Security advice for students, two open databases full of personal information found and six bad Android apps discovered.

Welcome to Cyber Security Today. It’s Friday September 4th. I’m Howard Solomon, contributing reporter on cybersecurity for ITWorldCanada.com.

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Students are heading back to school this month, but because of COVID a lot of them will still be learning online — either full or part-time. Dave Masson, director of enterprise security at Darktrace, reminds students that crooks are still trying to take advantage of people’s fears about the pandemic, sending emails with offers to sell pandemic-related supplies like masks. What they really want with these and other pitches is to steal passwords. In an interview he urged students and parents to take basic precautions with their home computer systems to prevent being taken advantage of. That includes making sure the default password on home internet and WiFi routers are replaced with secure passwords. In some cases — for example, a parent working from home on sensitive material — it might be safe to have separate Internet providers for youngsters and adults. Just as important is to ensure everyone in the family uses a password manager and strong and different passwords for every site they log into. Finally, it may be necessary for students to use a virtual private network for added privacy when logging into a school network. They should check first with their school board because a VPN may interfere with video conferencing. But certainly a VPN should be used when connecting devices to public WiFi networks in malls and restaurants.

Another clumsy employee apparently left a huge pile of personal records left open on Amazon storage. The news site CyberNews discovered the unsecured database of 23 million Americans held by an online marketing company called View Media. This data included peoples’ names, addresses, email addresses and phone numbers to be used for marketing campaigns by customers. There were also business documents. Companies use Amazon compute and storage services to run their businesses or for extra computing and storage power. Either way, data stored has to be strongly password-protected. It isn’t known if this open database had been found and copied by criminals and then used for spam and identity theft.

More serious is word that a U.S. cellphone carried called Assist Wireless left tens of thousands of customer documents open on the Internet. Found by a security researcher and reported to the TechCrunch news site, the documents included images of drivers’ licences, passports and Social Security cards. Customers would have submitted them to sign up for services. Assist Wireless provides free government-subsidized cellphones to low-income Americans. The carrier told the news service the problem was with a plug-in to its IT system for optimizing images. By default the plugin backs up images in a separate folder. But this backup folder was open for anyone to see if they knew how because it wasn’t secured.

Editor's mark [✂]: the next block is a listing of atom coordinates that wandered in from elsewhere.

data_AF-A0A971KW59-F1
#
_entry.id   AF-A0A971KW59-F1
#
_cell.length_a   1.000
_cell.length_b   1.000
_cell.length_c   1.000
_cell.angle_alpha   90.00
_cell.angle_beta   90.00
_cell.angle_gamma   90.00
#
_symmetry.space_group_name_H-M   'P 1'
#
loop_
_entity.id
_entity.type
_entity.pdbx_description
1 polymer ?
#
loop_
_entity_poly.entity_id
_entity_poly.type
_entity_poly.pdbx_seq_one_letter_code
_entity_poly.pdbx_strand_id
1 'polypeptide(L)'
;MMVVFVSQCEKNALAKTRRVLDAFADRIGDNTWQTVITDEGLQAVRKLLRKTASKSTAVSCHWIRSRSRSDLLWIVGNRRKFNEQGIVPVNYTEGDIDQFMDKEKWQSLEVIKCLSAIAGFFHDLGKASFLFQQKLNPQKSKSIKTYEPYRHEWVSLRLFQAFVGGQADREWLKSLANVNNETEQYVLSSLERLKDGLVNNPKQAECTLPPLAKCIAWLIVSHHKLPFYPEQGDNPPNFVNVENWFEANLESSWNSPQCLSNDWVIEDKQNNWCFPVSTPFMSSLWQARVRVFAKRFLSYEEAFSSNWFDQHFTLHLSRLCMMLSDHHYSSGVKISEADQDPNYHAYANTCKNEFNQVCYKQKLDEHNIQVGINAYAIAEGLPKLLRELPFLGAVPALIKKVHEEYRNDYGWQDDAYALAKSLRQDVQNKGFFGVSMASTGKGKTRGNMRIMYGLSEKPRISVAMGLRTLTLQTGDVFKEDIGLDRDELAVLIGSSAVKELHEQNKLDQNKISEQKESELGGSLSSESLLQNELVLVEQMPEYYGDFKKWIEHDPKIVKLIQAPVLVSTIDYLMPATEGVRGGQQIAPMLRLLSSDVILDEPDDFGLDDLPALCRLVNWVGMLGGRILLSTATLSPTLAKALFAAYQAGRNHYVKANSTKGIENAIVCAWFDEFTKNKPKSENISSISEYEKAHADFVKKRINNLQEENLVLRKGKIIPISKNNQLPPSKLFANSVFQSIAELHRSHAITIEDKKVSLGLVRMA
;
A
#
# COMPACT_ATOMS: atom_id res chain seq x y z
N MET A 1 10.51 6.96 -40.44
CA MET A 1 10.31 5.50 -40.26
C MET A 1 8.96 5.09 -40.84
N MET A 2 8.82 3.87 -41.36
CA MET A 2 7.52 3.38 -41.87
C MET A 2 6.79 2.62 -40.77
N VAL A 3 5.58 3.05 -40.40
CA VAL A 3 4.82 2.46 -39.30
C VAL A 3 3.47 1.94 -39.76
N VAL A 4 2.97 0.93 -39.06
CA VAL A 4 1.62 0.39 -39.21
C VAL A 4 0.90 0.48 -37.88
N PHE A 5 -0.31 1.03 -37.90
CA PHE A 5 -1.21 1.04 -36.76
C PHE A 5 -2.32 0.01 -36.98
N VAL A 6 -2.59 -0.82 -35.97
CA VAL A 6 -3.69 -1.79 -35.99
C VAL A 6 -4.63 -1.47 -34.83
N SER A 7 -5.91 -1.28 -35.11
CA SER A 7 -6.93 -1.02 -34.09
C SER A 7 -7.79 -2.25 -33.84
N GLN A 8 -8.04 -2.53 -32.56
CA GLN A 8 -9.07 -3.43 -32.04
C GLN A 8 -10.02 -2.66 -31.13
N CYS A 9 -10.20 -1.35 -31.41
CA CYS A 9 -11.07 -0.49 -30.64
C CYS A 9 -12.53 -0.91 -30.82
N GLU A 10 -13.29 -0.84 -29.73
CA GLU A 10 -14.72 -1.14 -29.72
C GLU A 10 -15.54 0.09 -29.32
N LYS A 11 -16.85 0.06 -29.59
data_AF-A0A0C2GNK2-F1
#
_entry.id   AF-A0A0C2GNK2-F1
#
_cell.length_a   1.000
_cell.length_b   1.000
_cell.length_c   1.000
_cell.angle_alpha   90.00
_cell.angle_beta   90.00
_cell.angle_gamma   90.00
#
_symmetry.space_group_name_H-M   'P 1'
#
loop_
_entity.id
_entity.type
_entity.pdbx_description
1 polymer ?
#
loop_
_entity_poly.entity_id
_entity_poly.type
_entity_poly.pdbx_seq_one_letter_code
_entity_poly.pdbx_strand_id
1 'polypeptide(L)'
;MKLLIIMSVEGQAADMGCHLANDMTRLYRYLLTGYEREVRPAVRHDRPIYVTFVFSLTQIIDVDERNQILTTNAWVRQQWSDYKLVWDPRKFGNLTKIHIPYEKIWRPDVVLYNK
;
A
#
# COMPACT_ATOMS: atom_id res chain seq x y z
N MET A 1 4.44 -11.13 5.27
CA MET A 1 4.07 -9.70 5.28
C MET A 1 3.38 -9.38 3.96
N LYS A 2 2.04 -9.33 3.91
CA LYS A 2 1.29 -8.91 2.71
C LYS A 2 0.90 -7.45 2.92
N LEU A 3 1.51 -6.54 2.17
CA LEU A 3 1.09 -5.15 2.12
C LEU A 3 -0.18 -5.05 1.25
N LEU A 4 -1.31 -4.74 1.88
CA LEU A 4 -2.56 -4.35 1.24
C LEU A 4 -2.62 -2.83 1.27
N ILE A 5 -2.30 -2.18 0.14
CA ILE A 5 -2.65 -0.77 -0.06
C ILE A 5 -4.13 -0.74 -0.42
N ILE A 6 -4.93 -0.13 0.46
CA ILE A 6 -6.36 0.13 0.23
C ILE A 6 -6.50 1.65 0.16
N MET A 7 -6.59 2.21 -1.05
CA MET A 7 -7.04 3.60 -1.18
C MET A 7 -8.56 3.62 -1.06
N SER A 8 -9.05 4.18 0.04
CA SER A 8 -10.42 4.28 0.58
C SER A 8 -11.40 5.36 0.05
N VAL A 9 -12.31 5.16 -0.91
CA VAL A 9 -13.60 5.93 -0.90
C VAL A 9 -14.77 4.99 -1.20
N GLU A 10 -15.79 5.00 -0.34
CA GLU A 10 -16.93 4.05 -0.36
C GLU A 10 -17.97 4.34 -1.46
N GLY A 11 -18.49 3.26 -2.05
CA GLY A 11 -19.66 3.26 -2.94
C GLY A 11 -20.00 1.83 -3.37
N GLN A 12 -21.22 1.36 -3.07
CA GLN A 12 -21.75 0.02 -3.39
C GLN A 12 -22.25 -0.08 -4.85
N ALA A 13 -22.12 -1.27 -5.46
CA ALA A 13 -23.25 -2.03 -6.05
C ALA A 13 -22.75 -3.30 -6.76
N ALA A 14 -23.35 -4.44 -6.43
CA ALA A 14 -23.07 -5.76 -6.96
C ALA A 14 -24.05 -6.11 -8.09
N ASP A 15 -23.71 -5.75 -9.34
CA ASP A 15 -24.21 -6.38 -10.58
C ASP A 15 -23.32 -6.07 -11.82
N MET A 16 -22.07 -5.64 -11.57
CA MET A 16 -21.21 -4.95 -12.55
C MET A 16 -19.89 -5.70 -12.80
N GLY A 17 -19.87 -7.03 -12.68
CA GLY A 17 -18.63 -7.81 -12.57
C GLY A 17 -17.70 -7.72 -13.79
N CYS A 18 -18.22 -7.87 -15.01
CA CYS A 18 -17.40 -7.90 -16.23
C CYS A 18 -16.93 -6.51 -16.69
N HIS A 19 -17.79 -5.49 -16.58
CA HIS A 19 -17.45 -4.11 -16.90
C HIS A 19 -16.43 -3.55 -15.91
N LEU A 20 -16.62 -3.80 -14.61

Another plugin problem has been discovered. Again it affects the WordPress content management platform that a number of web sites use to put things online like news and blogs. A security company called Wordfence warned this week of a vulnerability in a plugin called File Manager for WordPress. It could allow a hacker to infiltrate a WordPress site and wreak havoc. This plugin has been installed in over 700,000 sites, so administrators should install it fast.

A 26-year old Colorado man was sentenced this week to 11 years in prison for being a moderator of the AlphaBay online criminal marketplace. It sold stolen identity information, credit card numbers, guns, drugs and other illegal material. As a moderator Brian Herrell settled disputes between buyers and sellers. He also watched for attempts to defraud marketplace users. In 2017 a Canadian living in Thailand and believed to be the founder and overall administrator of the marketplace was arrested. Not long after he was found dead in his cell. Police said he committed suicide.

Researchers at security company Pradeo are urging Android users to delete six apps discovered to have malware. These apps trick users into paying for unwanted premium services. These apps are called Safety AppLock, Convenient Scanner 2, Push Message-Texting &SMS, Emoji Wallpaper, Separate Doc Scanner and Fingertip GameBox. This is a reminder to those loving mobile apps: Just because an app is in a reputable store doesn’t mean it’s safe. Some bad ones slip through. As always, read reviews carefully. It helps to get an opinion from someone you know who has already downloaded an app.

Finally, because Monday is the Labour Day holiday in Canada and the U.S., my next podcast will be on Tuesday. Until then, have a great long weekend.

Remember links to details about many stories can be found in the text version of each podcast at ITWorldCanada.com. Subscribe to this podcast on Apple Podcasts, Google Podcasts or add us to your Flash Briefing on your smart speaker. Thanks for listening. I’m Howard Solomon